UPDATE: This issue can now be resolved by adding a registry key, see here for further details.

Office 365 uses a new installation technology named ‘Click-to-Run’ that shares it roots with App-V and the new App-X application model. In fact you will notice that they use very similar folder structures, for example:

C:\Program Files (x86)\Microsoft Office\root\VFS\ProgramFilesX86

Also if you view the running process for Word for example in Sysinternals Process Explorer, in the bottom pane that shows the loaded dlls you will see AppVIsvSubsystems32.dll (App-V uses AppVEntSubsystems32.dll). A common scenario in App-V deployments is to have Office installed locally, then virtualise add-ins either by creating separate shortcuts to launch each Office app with each add-in, or use RunVirtual to drag them kicking and screaming into a virtual environment with the required add-ins. Most folks simply do not virtualise their core install of Office, since if you come across an add-in or other application that requires Office but has problems with App-V, you might have to roll back the whole solution and install Office natively.

This is all well and good, unless you are using a copy of Office installed from the Click-to-Run source, which is all editions of Office 365, and the retail copy of Office 2016 (volume license media is still MSI based). Perhaps because the Office applications hook the competing AppVIsvSubsystems32.dll, it does not seem to possible to launch these applications ‘in the bubble’. I ran into this issue a couple of years ago:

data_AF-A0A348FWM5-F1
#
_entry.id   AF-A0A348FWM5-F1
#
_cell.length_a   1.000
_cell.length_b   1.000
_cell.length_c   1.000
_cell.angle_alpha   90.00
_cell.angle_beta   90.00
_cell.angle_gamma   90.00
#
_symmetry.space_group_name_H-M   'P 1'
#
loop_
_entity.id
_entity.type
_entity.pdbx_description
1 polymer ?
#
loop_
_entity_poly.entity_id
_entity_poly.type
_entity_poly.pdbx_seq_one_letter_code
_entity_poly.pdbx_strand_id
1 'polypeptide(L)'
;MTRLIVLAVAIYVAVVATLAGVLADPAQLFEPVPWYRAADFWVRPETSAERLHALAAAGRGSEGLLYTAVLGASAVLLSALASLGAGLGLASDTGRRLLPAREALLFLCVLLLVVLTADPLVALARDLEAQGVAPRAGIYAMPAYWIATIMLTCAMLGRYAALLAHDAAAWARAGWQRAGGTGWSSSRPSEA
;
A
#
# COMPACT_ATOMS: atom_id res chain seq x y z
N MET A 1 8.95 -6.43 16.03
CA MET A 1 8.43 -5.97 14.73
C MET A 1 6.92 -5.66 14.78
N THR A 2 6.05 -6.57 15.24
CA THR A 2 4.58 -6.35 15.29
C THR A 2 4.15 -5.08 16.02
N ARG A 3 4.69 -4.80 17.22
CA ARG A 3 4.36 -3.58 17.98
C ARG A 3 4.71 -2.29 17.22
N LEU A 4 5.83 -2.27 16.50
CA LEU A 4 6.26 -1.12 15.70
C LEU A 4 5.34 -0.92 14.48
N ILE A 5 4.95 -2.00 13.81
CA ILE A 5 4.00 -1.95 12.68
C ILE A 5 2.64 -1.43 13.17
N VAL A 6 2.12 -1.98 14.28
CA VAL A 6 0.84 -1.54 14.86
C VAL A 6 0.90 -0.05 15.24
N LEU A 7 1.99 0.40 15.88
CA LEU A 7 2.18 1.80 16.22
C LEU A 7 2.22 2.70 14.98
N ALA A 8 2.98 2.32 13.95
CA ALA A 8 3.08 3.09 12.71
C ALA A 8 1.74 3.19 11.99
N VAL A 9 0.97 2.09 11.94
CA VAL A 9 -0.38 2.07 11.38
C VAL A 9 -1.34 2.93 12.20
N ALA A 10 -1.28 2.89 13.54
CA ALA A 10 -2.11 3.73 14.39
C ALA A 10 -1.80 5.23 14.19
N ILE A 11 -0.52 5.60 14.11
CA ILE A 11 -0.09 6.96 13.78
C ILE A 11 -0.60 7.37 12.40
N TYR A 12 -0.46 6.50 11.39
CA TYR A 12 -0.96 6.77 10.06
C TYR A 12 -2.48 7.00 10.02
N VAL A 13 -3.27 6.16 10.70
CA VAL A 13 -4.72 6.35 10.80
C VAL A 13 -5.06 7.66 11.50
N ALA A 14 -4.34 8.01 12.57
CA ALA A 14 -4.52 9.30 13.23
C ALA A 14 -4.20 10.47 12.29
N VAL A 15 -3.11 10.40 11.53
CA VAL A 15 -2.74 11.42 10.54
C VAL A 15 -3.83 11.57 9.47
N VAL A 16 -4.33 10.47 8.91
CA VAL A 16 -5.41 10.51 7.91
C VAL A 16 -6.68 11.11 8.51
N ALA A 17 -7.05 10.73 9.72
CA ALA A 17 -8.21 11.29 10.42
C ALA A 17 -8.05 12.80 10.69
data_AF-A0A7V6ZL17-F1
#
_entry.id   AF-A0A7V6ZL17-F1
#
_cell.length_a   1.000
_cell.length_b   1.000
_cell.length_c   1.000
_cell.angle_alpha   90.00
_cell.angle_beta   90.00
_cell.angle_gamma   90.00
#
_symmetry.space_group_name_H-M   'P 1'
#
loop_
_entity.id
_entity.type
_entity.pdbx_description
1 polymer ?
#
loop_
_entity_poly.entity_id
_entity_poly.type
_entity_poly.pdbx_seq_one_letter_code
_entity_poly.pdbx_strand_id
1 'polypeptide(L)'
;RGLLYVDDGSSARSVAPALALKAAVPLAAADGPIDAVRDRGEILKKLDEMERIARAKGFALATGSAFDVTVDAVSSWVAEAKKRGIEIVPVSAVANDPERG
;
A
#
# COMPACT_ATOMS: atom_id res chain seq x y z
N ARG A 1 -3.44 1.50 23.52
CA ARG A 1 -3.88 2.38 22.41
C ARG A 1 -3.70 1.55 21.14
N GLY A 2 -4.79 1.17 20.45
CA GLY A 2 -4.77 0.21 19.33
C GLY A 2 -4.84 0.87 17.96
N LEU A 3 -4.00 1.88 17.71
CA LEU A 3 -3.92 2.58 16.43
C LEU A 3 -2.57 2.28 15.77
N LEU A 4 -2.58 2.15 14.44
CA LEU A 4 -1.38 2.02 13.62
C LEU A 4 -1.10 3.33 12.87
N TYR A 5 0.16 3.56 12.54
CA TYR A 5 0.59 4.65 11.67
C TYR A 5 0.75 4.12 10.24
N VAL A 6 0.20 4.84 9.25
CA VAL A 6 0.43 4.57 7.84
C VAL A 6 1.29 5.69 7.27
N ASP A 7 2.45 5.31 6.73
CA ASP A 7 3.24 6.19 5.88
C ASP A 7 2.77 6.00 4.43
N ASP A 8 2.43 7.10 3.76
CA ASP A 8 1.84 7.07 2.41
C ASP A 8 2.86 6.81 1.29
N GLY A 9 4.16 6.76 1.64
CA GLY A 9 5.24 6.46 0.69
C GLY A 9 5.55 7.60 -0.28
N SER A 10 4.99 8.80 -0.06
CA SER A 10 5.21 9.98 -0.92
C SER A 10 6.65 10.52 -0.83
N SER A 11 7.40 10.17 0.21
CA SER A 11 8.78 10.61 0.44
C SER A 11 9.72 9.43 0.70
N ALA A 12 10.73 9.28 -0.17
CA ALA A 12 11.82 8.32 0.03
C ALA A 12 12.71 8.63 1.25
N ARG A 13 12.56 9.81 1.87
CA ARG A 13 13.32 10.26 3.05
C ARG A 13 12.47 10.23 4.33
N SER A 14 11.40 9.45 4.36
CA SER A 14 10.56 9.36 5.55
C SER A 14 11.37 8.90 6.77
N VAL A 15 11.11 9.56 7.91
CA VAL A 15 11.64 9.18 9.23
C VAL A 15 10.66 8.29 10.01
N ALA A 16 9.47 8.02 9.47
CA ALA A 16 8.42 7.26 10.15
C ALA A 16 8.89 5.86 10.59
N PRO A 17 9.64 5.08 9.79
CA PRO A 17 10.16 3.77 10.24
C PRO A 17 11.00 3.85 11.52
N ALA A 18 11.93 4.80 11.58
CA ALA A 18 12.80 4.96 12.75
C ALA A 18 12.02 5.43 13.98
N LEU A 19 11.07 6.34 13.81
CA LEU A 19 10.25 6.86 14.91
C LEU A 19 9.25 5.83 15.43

I advised the client at the time to remove Office 365 and install the volume license media for Office 2013, which resolved the issue. I came across this again at another client recently. However they were informed by Microsoft that the Click-To-Run media was the only option for them with their Office 365 subscription, which reduces their options down to these:

  • Virtualise Office, easy enough to do by converting the Click-To-Run source to App-V format using the Microsoft provided documentation, then pray that all of your apps that need Office also play nice with App-V.
  • Keep Office 365 installed and forget about virtualising any apps that contain Office add-ins or that need to be able to launch Office apps in their own virtual environments to work.

I’m surprised to not have seen many complaints on this, although I expect to see more as more as enterprises sign up to Office 365!